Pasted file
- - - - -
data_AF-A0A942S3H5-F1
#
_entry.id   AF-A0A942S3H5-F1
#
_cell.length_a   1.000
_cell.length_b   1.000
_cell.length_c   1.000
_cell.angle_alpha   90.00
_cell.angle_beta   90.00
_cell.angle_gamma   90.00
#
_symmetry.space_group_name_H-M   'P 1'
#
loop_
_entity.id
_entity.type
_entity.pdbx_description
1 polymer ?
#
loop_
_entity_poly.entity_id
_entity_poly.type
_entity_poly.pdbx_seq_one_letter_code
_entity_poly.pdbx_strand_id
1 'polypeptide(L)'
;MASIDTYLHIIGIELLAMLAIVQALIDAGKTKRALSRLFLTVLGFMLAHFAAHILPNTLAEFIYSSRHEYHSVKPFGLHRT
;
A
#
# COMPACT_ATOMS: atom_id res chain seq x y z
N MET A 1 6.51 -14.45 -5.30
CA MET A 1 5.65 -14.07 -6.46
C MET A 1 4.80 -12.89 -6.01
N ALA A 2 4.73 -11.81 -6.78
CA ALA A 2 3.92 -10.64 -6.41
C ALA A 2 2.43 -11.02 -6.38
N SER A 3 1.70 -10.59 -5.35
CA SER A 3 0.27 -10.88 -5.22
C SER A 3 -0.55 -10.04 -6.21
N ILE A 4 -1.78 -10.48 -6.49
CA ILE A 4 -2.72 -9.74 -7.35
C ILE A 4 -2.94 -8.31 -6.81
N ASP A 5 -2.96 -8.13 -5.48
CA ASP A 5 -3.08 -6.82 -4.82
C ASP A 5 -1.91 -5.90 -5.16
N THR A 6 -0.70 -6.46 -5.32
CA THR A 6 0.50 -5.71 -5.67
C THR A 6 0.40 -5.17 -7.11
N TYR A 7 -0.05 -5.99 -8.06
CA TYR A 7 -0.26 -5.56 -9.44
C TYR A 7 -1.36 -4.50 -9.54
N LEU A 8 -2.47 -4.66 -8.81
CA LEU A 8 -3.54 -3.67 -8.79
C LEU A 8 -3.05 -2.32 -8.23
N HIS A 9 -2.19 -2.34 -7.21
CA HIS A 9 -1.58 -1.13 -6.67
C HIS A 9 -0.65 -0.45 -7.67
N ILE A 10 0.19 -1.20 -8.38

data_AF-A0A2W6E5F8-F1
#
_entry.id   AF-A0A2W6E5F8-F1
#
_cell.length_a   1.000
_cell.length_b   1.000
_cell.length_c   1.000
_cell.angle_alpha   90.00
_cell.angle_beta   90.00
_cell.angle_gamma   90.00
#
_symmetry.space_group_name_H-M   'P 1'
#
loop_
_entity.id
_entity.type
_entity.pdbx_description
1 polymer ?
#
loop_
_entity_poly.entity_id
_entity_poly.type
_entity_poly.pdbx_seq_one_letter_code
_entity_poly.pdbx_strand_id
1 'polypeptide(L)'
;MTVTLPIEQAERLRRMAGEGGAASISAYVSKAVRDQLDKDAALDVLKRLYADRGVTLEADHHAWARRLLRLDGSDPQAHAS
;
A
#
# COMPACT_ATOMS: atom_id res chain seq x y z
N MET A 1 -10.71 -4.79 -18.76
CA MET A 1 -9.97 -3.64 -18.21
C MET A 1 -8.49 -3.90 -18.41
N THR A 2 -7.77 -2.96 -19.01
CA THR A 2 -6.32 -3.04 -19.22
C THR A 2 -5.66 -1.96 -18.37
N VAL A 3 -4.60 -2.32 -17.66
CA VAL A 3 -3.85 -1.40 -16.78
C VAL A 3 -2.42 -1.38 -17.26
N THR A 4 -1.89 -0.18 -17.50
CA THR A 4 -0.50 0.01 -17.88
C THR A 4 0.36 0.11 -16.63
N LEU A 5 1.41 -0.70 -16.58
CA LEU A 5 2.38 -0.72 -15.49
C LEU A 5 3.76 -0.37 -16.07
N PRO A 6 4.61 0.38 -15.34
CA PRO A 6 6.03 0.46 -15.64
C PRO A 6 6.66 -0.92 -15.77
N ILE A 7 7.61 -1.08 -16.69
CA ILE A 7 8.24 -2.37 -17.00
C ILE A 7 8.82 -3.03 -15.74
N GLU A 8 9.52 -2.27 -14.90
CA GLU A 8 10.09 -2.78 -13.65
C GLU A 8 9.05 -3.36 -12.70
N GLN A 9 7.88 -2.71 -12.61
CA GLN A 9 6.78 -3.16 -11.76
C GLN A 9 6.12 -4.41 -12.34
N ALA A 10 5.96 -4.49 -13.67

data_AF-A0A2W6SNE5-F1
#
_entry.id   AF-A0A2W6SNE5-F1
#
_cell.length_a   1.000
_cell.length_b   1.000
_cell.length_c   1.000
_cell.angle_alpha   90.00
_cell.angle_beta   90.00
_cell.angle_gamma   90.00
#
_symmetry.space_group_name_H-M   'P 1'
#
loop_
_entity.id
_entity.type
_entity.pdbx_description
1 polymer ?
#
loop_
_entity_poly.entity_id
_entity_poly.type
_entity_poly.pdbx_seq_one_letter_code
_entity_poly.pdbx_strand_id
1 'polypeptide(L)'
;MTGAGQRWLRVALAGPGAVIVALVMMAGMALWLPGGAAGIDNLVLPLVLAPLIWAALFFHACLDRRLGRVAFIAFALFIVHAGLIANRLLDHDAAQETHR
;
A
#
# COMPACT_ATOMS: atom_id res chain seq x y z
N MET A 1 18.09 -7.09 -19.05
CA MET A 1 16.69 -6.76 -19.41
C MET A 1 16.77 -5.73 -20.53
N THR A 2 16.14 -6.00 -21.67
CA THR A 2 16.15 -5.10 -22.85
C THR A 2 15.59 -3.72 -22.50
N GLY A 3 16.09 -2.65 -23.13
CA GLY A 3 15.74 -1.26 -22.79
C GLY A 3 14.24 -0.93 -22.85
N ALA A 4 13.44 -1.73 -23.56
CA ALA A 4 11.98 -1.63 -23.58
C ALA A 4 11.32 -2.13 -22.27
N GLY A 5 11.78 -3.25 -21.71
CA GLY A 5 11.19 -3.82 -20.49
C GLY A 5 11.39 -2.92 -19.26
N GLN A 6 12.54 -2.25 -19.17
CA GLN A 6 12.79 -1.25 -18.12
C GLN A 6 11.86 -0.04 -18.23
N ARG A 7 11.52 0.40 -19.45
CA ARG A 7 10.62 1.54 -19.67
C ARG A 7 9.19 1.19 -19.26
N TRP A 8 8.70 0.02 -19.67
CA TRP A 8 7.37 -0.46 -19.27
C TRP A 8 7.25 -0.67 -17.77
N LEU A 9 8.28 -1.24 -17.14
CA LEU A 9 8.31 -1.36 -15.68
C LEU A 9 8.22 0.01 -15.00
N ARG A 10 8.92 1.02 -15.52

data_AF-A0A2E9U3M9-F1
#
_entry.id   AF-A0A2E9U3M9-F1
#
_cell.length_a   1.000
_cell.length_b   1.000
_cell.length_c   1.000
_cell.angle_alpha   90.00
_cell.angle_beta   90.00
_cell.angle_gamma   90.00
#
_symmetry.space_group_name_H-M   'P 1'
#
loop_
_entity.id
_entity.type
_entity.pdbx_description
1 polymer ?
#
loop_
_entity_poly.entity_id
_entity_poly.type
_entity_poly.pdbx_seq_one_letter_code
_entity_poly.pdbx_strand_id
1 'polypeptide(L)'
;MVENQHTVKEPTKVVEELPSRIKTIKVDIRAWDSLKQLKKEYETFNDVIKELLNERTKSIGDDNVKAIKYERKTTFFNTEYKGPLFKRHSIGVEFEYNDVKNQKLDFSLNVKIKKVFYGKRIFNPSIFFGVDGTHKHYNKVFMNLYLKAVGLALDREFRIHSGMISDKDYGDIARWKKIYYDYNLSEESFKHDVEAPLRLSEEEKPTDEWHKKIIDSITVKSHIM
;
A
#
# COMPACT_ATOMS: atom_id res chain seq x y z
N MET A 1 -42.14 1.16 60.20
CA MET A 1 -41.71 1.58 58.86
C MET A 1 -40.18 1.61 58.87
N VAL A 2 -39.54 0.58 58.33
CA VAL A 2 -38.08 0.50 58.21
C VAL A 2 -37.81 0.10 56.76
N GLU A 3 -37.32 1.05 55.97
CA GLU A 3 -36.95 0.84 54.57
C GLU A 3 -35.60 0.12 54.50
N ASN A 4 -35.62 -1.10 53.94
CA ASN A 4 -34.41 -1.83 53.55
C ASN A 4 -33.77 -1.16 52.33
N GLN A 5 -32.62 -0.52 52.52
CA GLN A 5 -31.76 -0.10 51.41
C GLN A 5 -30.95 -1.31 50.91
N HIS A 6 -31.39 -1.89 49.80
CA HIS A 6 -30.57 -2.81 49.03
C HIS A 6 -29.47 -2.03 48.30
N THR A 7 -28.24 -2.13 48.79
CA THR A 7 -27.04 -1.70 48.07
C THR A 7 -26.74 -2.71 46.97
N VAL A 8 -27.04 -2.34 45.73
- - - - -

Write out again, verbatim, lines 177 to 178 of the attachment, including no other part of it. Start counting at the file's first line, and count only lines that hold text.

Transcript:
_entry.id   AF-A0A2E9U3M9-F1
#